It's been a week now since I returned from an absolutely wonderful vacation full of "firsts." The vacation afforded me an opportunity to visit Idaho for the first time in my life. I also visited Minnesota for the first time. Now, there's only one state west of the Mississippi that I have yet to visit: North Dakota (where Theodore Roosevelt National Park is located, so it may be worth a stop in the future).
We went west to raft the Middle Fork of the Salmon River through the 3.2 million-acre Frank Church-River of No Return Wilderness, the largest roadless area in the contiguous United States. I can't begin to describe how wonderful the trip was, so I won't try, but I definitely would encourage you to experience it yourself. A rafting trip on the Middle Fork is one of the items in the 1,000 Things To Do Before You Die book, and I can definitely lend my support to that recommendation. Six days of fun in heaven.
One evening's camp along the Middle Fork. We had to evict three rattlesnakes from the campsite before setting up the tents.
I recorded 24 species of birds along the river, but none was a "first" for me. American Robins, Western Tanagers, and Yellow-rumped Warblers were the most common species, but I also spotted Sandhill Cranes, Bald Eagles, and Golden Eagles. I also observed at least five mammals (elk, mule deer, Rocky Mountain bighorn sheep, and several species of ground squirrels). In several reaches of the river, aquatic insect "hatches" filled the air like dust motes, and huge, 3-inch-long Pteronarcid stonefly adults were so abundant in places that we had to evict them from our tent before we went to bed.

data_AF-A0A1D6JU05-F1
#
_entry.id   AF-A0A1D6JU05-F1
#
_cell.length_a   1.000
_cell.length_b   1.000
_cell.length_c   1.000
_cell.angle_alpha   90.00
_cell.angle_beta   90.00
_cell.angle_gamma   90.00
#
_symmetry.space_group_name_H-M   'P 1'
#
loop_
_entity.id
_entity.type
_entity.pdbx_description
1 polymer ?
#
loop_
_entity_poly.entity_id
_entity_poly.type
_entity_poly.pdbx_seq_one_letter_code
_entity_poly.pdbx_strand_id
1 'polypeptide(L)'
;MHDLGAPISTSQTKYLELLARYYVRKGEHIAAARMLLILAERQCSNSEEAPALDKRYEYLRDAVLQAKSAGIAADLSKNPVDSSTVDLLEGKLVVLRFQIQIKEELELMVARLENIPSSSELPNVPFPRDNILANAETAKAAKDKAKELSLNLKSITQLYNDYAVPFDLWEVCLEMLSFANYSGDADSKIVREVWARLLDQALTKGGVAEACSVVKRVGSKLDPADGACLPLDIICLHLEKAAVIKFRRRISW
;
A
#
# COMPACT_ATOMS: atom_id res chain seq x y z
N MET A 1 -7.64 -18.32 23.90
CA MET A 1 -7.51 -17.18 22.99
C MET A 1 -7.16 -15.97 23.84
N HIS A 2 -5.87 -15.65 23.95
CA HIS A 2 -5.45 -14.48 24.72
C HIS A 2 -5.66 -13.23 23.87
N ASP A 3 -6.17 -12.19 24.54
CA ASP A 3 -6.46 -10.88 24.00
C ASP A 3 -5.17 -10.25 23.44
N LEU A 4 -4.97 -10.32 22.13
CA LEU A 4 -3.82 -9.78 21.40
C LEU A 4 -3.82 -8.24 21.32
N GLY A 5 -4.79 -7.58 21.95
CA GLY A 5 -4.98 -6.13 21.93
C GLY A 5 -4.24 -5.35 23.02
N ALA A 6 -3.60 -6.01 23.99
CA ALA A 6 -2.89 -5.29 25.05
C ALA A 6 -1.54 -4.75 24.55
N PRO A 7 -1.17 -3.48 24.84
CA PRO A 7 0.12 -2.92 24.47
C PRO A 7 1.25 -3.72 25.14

A mayfly imago either ovipositing or fatally stuck to the surface tension of the river.
The Middle Fork has never been stocked, so it harbors a native population of Western Slope Cutthroat Trout. Several members of our party flyfished successfully, but we were never treated to a fish dinner because fishing is limited to catch-and-release using barbless hooks. We also saw a few Chinook Salmon returning to their natal streams to spawn 700 miles and 6,000 feet above the Pacific Ocean.
Seven hundred feet above the Middle Fork at Arapahoe Point.
The Sawtooth Mountains from a point about 20 miles west of Stanley, Idaho, where we turned off the paved road to begin our journey.